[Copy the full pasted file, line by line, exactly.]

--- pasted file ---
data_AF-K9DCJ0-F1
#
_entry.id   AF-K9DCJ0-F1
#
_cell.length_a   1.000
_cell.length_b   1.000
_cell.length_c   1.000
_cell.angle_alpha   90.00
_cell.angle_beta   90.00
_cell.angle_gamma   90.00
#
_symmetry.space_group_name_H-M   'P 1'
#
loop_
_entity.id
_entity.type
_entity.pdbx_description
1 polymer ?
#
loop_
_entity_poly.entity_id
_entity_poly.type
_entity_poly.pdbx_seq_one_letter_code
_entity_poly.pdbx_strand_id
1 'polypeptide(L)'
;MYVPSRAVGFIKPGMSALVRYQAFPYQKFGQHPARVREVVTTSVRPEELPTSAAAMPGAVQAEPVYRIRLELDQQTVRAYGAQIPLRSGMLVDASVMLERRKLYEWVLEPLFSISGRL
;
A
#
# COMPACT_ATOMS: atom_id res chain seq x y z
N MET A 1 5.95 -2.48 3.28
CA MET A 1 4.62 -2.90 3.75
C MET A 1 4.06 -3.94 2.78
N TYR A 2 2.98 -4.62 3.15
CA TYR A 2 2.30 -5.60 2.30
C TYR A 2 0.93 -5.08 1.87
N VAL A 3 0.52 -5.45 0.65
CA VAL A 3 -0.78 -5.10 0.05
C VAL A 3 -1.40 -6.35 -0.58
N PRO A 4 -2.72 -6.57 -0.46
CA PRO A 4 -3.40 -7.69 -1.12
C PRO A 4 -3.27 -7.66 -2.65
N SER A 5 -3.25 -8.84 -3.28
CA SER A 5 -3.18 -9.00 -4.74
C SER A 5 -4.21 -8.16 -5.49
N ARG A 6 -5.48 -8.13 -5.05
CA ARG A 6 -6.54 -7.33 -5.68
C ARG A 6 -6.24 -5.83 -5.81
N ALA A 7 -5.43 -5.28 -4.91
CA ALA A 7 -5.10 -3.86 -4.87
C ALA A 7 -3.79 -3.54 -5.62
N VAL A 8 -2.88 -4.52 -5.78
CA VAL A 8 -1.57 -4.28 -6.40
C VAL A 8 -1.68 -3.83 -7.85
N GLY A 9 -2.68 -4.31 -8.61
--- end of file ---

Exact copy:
data_AF-K9DCJ0-F1
#
_entry.id   AF-K9DCJ0-F1
#
_cell.length_a   1.000
_cell.length_b   1.000
_cell.length_c   1.000
_cell.angle_alpha   90.00
_cell.angle_beta   90.00
_cell.angle_gamma   90.00
#
_symmetry.space_group_name_H-M   'P 1'
#
loop_
_entity.id
_entity.type
_entity.pdbx_description
1 polymer ?
#
loop_
_entity_poly.entity_id
_entity_poly.type
_entity_poly.pdbx_seq_one_letter_code
_entity_poly.pdbx_strand_id
1 'polypeptide(L)'
;MYVPSRAVGFIKPGMSALVRYQAFPYQKFGQHPARVREVVTTSVRPEELPTSAAAMPGAVQAEPVYRIRLELDQQTVRAYGAQIPLRSGMLVDASVMLERRKLYEWVLEPLFSISGRL
;
A
#
# COMPACT_ATOMS: atom_id res chain seq x y z
N MET A 1 5.95 -2.48 3.28
CA MET A 1 4.62 -2.90 3.75
C MET A 1 4.06 -3.94 2.78
N TYR A 2 2.98 -4.62 3.15
CA TYR A 2 2.30 -5.60 2.30
C TYR A 2 0.93 -5.08 1.87
N VAL A 3 0.52 -5.45 0.65
CA VAL A 3 -0.78 -5.10 0.05
C VAL A 3 -1.40 -6.35 -0.58
N PRO A 4 -2.72 -6.57 -0.46
CA PRO A 4 -3.40 -7.69 -1.12
C PRO A 4 -3.27 -7.66 -2.65
N SER A 5 -3.25 -8.84 -3.28
CA SER A 5 -3.18 -9.00 -4.74
C SER A 5 -4.21 -8.16 -5.49
N ARG A 6 -5.48 -8.13 -5.05
CA ARG A 6 -6.54 -7.33 -5.68
C ARG A 6 -6.24 -5.83 -5.81
N ALA A 7 -5.43 -5.28 -4.91
CA ALA A 7 -5.10 -3.86 -4.87
C ALA A 7 -3.79 -3.54 -5.62
N VAL A 8 -2.88 -4.52 -5.78
CA VAL A 8 -1.57 -4.28 -6.40
C VAL A 8 -1.68 -3.83 -7.85
N GLY A 9 -2.68 -4.31 -8.61